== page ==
Further, there are “security tokens,” which essentially represent one’s investment in a project. Although they take value from the startup behind the project, they don’t give the holder actual ownership in that startup. People buy these tokens solely with the idea that their value will increase in the future — that’s what the whole initial coin offerings (ICO) boom was about, unfortunately, when people were buying security tokens disguised as utility tokens. Normally, securities are subject to close regulatory scrutiny, and have thorough Know Your Customer (KYC) policies in place, which wasn’t the case for the ICO market.

What about the difference between virtual and digital currencies, then? Aren’t those synonyms?

No. One is a much more abstract term, while the other is quite concrete.

Actually, this is much simpler than the whole token/coin thing. “Digital currency” is a blanket term used to describe all forms of electronic money — be it virtual currency or cryptocurrency (no, those are not exactly the same, either). The very concept of digital currencies was first introduced back in 1983 in a research paper by David Chaum, who later implemented it in the form of Digicash.

Digital currencies’ defining feature is that they exist only in digital or electronic form and, unlike an actual dollar bill or a coin, are intangible. They can only be owned and spent online via electronic wallets or designated connected networks. Normally, there are no middlemen (no banks), which is why transactions are instantaneous and little to no fee is applied. Good news: digital currencies and digital money are the same thing. 

So: coins, tokens, virtual currencies — all of them are digital currencies. 

Virtual currencies are a different beast, even though they are digital by definition. As the European Central Bank first defined the term in 2012, a virtual currency is “digital money in an unregulated environment, issued and controlled by its developers and used as a payment method among members of a specific virtual community.” A prime example of virtual currencies that are not crypto-based would be money integrated into video games, like World of Warcraft’s tokens, GTA Online’s cash cards or FIFA points from the eponymous EA Sports game. Those normally exist within the corresponding game’s ecosystem and are used to unlock bonus content like new items and animations.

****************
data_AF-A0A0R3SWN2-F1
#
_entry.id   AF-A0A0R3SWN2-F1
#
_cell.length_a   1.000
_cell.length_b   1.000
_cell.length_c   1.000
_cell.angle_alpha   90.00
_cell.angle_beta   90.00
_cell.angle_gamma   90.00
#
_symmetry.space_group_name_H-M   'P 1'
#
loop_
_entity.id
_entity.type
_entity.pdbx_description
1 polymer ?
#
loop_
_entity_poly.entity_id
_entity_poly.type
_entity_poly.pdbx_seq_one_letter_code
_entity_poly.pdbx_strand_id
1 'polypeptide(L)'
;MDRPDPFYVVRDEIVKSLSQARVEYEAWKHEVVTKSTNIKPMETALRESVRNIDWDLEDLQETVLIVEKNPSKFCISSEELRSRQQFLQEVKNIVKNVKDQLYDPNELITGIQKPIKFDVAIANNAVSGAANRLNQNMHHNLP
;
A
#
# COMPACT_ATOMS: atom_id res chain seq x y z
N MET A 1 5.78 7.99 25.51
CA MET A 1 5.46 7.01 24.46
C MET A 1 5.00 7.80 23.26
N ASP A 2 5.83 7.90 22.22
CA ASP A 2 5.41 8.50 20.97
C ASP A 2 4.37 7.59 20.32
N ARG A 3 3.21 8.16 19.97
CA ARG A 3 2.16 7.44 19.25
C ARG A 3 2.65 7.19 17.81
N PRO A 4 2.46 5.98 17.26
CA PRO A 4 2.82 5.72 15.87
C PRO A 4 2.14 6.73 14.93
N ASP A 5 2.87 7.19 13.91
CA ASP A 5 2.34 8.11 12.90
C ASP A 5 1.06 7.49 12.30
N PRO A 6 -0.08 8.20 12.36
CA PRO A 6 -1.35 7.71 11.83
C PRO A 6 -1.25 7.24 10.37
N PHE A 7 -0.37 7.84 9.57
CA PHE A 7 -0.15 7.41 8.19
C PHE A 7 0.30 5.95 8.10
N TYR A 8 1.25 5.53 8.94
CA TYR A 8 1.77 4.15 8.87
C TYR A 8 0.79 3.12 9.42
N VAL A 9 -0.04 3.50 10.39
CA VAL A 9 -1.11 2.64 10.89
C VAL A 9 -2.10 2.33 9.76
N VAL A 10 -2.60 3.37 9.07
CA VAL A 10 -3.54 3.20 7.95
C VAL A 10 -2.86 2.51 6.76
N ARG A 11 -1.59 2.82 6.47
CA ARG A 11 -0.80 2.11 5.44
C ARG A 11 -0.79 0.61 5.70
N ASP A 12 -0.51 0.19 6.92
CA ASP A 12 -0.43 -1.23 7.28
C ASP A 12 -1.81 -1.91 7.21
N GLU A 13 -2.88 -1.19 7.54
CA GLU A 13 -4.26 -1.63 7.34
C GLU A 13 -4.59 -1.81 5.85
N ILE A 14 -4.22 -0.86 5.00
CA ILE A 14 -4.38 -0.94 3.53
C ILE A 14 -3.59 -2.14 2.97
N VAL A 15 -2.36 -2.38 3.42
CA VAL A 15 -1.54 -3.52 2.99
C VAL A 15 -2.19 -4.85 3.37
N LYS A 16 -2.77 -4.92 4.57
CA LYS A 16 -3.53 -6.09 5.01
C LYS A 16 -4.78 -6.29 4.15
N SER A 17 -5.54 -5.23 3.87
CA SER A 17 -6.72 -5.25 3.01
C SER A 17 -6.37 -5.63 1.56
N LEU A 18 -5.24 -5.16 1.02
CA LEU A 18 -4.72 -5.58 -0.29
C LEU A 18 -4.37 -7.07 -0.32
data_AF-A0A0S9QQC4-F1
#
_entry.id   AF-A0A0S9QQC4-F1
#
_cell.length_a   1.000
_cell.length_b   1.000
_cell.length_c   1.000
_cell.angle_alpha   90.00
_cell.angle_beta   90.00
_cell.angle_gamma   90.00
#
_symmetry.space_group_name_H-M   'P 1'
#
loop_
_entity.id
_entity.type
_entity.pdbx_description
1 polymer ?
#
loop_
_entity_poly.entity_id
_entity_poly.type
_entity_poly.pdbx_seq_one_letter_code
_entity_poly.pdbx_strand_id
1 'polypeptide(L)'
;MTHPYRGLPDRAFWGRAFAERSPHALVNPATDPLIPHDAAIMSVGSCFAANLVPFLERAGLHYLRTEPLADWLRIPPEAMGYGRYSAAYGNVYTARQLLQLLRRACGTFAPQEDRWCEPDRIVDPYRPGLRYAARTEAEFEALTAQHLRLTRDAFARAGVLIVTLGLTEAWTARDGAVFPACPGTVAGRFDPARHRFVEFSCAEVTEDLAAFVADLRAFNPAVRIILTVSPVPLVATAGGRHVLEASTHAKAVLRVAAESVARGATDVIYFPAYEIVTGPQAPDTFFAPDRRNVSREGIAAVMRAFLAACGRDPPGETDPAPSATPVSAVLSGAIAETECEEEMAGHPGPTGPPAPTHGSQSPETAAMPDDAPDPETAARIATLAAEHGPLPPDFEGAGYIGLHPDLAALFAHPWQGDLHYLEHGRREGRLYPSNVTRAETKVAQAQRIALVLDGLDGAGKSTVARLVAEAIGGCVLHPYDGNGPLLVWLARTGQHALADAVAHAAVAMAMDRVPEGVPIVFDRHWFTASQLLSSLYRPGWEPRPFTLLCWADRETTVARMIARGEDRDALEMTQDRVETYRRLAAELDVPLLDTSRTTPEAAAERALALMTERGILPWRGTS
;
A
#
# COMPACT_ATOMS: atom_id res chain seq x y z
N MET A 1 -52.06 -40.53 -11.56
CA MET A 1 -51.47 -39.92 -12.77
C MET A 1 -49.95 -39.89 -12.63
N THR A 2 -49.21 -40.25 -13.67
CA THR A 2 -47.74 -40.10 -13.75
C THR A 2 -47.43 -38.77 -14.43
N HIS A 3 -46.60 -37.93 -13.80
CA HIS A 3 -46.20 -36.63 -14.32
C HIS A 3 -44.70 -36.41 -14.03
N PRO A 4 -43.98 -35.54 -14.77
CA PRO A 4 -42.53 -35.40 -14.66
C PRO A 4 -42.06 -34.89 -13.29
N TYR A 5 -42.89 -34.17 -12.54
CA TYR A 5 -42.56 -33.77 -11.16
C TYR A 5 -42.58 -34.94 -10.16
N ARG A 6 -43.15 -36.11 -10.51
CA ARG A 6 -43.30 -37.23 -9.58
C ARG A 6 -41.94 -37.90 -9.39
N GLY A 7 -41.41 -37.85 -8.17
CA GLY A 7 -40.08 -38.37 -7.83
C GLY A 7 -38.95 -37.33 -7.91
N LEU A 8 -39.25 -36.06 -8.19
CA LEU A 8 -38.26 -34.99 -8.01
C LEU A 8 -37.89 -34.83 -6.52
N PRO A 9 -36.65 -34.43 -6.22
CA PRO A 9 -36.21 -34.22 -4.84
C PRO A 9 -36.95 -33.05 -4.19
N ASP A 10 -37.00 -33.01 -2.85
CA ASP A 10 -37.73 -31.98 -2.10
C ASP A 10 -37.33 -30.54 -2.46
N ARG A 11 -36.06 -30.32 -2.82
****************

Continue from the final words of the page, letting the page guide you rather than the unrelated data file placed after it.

Thus, unlike regular money, or even specific digital currencies, virtual currencies can’t be issued by a central bank or other banking regulatory authority — which explains the volatility they are prone to. Therefore, cryptocurrencies are completely separate to virtual currencies and should not be mixed together, at least according to the AP Stylebook, while both fall under the wider “digital currencies” category.

Are those definitions universal?

No, given that the space is continuously evolving.

Cryptocurrencies as we know them have existed for just 10 years, while most government agencies started paying attention to them only three-five years ago, when Bitcoin’s popularity began rising dramatically along with its value. Notably, Facebook’s Libra has just caused another major stir among financial watchdogs: Certain countries are now forming task forces to discuss what Libra is and how it can be regulated.

Thus, definitions for cryptocurrencies tend to vary among or even within jurisdictions: In the United States alone, five different regulatory agencies define cryptocurrencies in five different ways, depending on their purview. Thus, the IRS views cryptocurrencies and most other virtual currencies as property, the Securities and Exchange Commission thinks they represent securities, while the Financial Crimes Enforcement Network thinks that cryptocurrencies are money. Further, Japan’s regulatory framework for cryptocurrencies — the Payment Services Act — defines “cryptocurrency” as a property value, and the head of Russia’s central bank once called Bitcoin a “currency surrogate.” 

Moreover, given that the space has been evolving at a tremendous speed — and that regulators are mostly lagging behind — it is fair to assume that new terms for digital currencies might appear in the future, which makes it especially important to be up to date with the current ones.